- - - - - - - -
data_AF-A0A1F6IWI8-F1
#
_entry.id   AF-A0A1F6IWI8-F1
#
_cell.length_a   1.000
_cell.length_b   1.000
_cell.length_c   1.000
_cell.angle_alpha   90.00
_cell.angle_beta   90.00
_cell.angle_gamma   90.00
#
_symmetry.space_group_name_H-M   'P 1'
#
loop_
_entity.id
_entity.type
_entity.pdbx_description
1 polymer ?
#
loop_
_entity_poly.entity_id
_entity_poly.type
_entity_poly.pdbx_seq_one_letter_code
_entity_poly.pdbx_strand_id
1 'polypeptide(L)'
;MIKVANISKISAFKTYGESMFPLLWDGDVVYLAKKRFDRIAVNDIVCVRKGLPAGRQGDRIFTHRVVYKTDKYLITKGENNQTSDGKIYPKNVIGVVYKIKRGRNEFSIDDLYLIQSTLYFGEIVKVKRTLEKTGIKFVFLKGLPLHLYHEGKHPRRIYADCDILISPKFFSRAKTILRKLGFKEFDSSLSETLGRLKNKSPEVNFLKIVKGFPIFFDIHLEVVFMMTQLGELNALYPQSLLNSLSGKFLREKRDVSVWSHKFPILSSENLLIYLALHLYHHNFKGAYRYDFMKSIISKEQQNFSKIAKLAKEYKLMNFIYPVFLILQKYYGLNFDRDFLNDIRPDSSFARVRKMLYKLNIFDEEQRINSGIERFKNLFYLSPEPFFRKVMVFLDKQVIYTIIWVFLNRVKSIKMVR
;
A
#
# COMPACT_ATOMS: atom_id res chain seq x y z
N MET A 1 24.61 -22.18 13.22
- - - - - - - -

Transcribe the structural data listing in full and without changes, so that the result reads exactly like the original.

data_AF-A0A1F6IWI8-F1
#
_entry.id   AF-A0A1F6IWI8-F1
#
_cell.length_a   1.000
_cell.length_b   1.000
_cell.length_c   1.000
_cell.angle_alpha   90.00
_cell.angle_beta   90.00
_cell.angle_gamma   90.00
#
_symmetry.space_group_name_H-M   'P 1'
#
loop_
_entity.id
_entity.type
_entity.pdbx_description
1 polymer ?
#
loop_
_entity_poly.entity_id
_entity_poly.type
_entity_poly.pdbx_seq_one_letter_code
_entity_poly.pdbx_strand_id
1 'polypeptide(L)'
;MIKVANISKISAFKTYGESMFPLLWDGDVVYLAKKRFDRIAVNDIVCVRKGLPAGRQGDRIFTHRVVYKTDKYLITKGENNQTSDGKIYPKNVIGVVYKIKRGRNEFSIDDLYLIQSTLYFGEIVKVKRTLEKTGIKFVFLKGLPLHLYHEGKHPRRIYADCDILISPKFFSRAKTILRKLGFKEFDSSLSETLGRLKNKSPEVNFLKIVKGFPIFFDIHLEVVFMMTQLGELNALYPQSLLNSLSGKFLREKRDVSVWSHKFPILSSENLLIYLALHLYHHNFKGAYRYDFMKSIISKEQQNFSKIAKLAKEYKLMNFIYPVFLILQKYYGLNFDRDFLNDIRPDSSFARVRKMLYKLNIFDEEQRINSGIERFKNLFYLSPEPFFRKVMVFLDKQVIYTIIWVFLNRVKSIKMVR
;
A
#
# COMPACT_ATOMS: atom_id res chain seq x y z
N MET A 1 24.61 -22.18 13.22